By Brett Fellows, CFP
The “Great Resignation” is upon us. According to the U.S. Labor Department, a record-high 4.4 million people, or 3% of workers, quit their jobs in September. And this trend isn’t limited to the United States. Indeed, data from Microsoft Research found that roughly 41% of the global workforce is considering leaving their current employer this year.
As the Great Resignation presses on, retaining key employees is more important than ever—especially if you’re a business owner planning your retirement. If your exit strategy or succession plan depends on retaining key personnel, understanding some of the drivers behind the Great Resignation may help you minimize employee turnover.
Here are five considerations for retaining key employees amid the Great Resignation:
#1: Employees Want More Flexibility
Numerous studies show that most employees want to continue working remotely at least three days a week–even once it’s safe to return to the office. As a result, many employers are embracing a hybrid model, allowing their employees to work remotely part-time.
Be sure to talk to your key employees about their needs and work preferences. If they express a desire for more work-life balance, offering them increased flexibility may be an effective way to prevent unwanted departures.
#2: Employees Want More Meaning from their Jobs
According to a recent study by the IBM Institute for Business Value, more than a quarter of employees surveyed took new jobs to find more purposeful and meaningful work. In addition, a third of workers say they would trade a potential salary raise for paid time off to volunteer, according to data from PwC.
Again, simply opening the lines of communication with your key employees can go a long way towards protecting your future, as well as the future of your business. While a sense of meaning and purpose looks different for everyone, understanding what your employees value can help you develop policies that keep them happy.
#3: Office Culture May Be More Important Than You Think
Remote work has been a net positive when it comes to employees’ sense of belonging, satisfaction, and stress and anxiety at work, according to Pew Research. In other words, employees simply feel better working from home.
If you’re worried about losing key employees due to the Great Resignation, you may want to consider whether your office culture could be a contributing factor. And if so, look for opportunities to make it more inclusive for everyone.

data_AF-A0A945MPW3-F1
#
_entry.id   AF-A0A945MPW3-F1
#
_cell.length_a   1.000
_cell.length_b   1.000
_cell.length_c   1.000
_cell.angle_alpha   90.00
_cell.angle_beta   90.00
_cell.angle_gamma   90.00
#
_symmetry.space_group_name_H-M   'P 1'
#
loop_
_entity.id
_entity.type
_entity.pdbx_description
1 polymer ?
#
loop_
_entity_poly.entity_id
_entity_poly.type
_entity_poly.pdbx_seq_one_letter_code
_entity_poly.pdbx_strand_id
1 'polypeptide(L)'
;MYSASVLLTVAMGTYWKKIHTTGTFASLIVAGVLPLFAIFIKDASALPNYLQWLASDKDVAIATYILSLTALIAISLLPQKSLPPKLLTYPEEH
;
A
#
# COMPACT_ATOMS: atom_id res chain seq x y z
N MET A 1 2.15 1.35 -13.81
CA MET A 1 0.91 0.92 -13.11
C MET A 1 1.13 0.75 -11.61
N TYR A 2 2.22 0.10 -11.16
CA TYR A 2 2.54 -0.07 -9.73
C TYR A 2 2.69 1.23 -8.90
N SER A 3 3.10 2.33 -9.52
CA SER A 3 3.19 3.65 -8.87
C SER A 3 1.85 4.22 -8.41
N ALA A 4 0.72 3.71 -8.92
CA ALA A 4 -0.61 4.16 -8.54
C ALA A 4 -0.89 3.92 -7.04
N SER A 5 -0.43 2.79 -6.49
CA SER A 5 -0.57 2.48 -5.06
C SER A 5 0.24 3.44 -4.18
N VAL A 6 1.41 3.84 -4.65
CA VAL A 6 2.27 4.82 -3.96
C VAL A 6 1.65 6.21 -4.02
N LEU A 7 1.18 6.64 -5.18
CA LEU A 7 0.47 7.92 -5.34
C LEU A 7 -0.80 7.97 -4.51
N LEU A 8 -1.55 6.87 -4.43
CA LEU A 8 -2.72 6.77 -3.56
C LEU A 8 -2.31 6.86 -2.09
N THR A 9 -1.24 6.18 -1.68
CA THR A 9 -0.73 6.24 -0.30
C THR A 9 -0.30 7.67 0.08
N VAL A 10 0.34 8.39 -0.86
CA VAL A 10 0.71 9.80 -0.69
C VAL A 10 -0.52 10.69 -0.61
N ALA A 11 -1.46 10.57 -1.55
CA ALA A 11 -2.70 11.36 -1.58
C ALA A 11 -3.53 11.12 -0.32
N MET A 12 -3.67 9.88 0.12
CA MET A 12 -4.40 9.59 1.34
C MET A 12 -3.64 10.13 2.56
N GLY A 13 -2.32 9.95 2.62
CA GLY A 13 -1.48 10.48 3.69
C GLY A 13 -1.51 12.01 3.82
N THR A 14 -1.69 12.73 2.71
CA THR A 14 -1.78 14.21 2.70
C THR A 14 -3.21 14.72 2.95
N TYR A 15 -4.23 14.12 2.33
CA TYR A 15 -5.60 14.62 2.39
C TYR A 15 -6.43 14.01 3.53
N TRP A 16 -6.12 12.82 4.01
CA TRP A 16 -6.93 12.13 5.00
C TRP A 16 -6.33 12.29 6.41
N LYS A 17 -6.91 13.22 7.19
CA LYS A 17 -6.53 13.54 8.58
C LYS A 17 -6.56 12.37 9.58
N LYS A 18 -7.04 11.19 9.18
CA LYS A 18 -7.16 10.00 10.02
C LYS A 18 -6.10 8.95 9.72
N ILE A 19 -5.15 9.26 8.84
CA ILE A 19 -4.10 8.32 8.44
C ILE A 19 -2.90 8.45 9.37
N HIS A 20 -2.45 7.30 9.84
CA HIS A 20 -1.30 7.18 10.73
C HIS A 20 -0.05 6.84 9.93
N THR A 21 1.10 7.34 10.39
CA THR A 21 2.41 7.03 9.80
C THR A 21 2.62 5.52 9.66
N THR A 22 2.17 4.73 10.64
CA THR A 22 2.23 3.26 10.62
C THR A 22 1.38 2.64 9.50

#4: Employees Don’t Want to be Tied to One Location
Remote work has made it possible for many workers to leave expensive, crowded coastal cities for locations with cheaper housing and lower taxes. In fact, one PwC survey found that 12% of workers have moved more than 50 miles away from their company’s core office location. Another 22% are considering a similar move.
Many older workers have chosen to retire early due to a variety of factors during the pandemic. However, in some cases, allowing key employees to live where they want may be all that’s needed to keep them onboard.
#5: Employers May Need to Upgrade their Policies
As remote and hybrid work models become more mainstream, many businesses will be able to recruit from a larger talent pool. However, that also means that competition among employers is likely to rise.
As a result, you may have to find new ways to retain your key employees. That may mean updating your compensation structure and employee benefits or giving them the opportunity to have more skin in the game.
If Your Retirement Depends on It, Check in With Key Employees
One thing is true for all business owners: you will eventually leave your business. Depending on your exit plan, the future of your business (and your lifestyle in retirement) may depend on retaining key employees.
The Great Resignation is a good reminder to check in with your employees from time to time. They may give you valuable feedback to improve your policies and procedures and ultimately increase the value of your business.
About the author: Brett Fellows, CFP®
Brett Fellows, CFP®, is the founder and president of Oak Capital Advisors in Charleston, South Carolina. As a small business owner and financial planner, Brett's expert insights help entrepreneurs successfully exit their businesses and plan for a financially secure retirement.